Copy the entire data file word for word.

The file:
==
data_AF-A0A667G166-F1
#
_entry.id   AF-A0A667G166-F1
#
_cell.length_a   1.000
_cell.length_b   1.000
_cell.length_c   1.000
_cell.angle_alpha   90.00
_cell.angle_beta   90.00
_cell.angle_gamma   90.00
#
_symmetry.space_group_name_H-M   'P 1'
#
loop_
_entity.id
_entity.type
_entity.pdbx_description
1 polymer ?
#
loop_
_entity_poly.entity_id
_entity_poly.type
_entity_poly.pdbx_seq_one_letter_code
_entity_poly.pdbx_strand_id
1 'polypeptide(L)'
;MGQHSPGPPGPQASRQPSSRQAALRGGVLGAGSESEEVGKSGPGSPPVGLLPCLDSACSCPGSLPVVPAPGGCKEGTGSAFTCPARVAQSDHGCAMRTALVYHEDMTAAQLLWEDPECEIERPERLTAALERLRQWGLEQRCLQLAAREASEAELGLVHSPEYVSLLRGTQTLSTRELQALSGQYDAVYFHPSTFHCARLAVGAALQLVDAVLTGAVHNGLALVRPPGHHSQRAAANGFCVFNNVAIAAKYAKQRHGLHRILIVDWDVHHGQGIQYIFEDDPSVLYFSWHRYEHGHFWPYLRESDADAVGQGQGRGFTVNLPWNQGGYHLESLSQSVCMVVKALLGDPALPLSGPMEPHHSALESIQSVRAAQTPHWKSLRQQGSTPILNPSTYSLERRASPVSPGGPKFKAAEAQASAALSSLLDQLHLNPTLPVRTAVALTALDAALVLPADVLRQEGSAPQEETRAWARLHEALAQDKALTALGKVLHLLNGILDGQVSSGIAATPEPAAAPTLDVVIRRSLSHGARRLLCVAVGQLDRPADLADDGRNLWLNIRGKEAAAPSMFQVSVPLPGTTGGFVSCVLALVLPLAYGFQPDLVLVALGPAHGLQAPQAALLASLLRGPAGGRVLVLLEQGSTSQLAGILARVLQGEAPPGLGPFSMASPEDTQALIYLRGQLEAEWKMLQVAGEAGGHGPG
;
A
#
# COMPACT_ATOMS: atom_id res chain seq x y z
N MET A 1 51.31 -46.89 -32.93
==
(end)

data_AF-A0A667G166-F1
#
_entry.id   AF-A0A667G166-F1
#
_cell.length_a   1.000
_cell.length_b   1.000
_cell.length_c   1.000
_cell.angle_alpha   90.00
_cell.angle_beta   90.00
_cell.angle_gamma   90.00
#
_symmetry.space_group_name_H-M   'P 1'
#
loop_
_entity.id
_entity.type
_entity.pdbx_description
1 polymer ?
#
loop_
_entity_poly.entity_id
_entity_poly.type
_entity_poly.pdbx_seq_one_letter_code
_entity_poly.pdbx_strand_id
1 'polypeptide(L)'
;MGQHSPGPPGPQASRQPSSRQAALRGGVLGAGSESEEVGKSGPGSPPVGLLPCLDSACSCPGSLPVVPAPGGCKEGTGSAFTCPARVAQSDHGCAMRTALVYHEDMTAAQLLWEDPECEIERPERLTAALERLRQWGLEQRCLQLAAREASEAELGLVHSPEYVSLLRGTQTLSTRELQALSGQYDAVYFHPSTFHCARLAVGAALQLVDAVLTGAVHNGLALVRPPGHHSQRAAANGFCVFNNVAIAAKYAKQRHGLHRILIVDWDVHHGQGIQYIFEDDPSVLYFSWHRYEHGHFWPYLRESDADAVGQGQGRGFTVNLPWNQGGYHLESLSQSVCMVVKALLGDPALPLSGPMEPHHSALESIQSVRAAQTPHWKSLRQQGSTPILNPSTYSLERRASPVSPGGPKFKAAEAQASAALSSLLDQLHLNPTLPVRTAVALTALDAALVLPADVLRQEGSAPQEETRAWARLHEALAQDKALTALGKVLHLLNGILDGQVSSGIAATPEPAAAPTLDVVIRRSLSHGARRLLCVAVGQLDRPADLADDGRNLWLNIRGKEAAAPSMFQVSVPLPGTTGGFVSCVLALVLPLAYGFQPDLVLVALGPAHGLQAPQAALLASLLRGPAGGRVLVLLEQGSTSQLAGILARVLQGEAPPGLGPFSMASPEDTQALIYLRGQLEAEWKMLQVAGEAGGHGPG
;
A
#
# COMPACT_ATOMS: atom_id res chain seq x y z
N MET A 1 51.31 -46.89 -32.93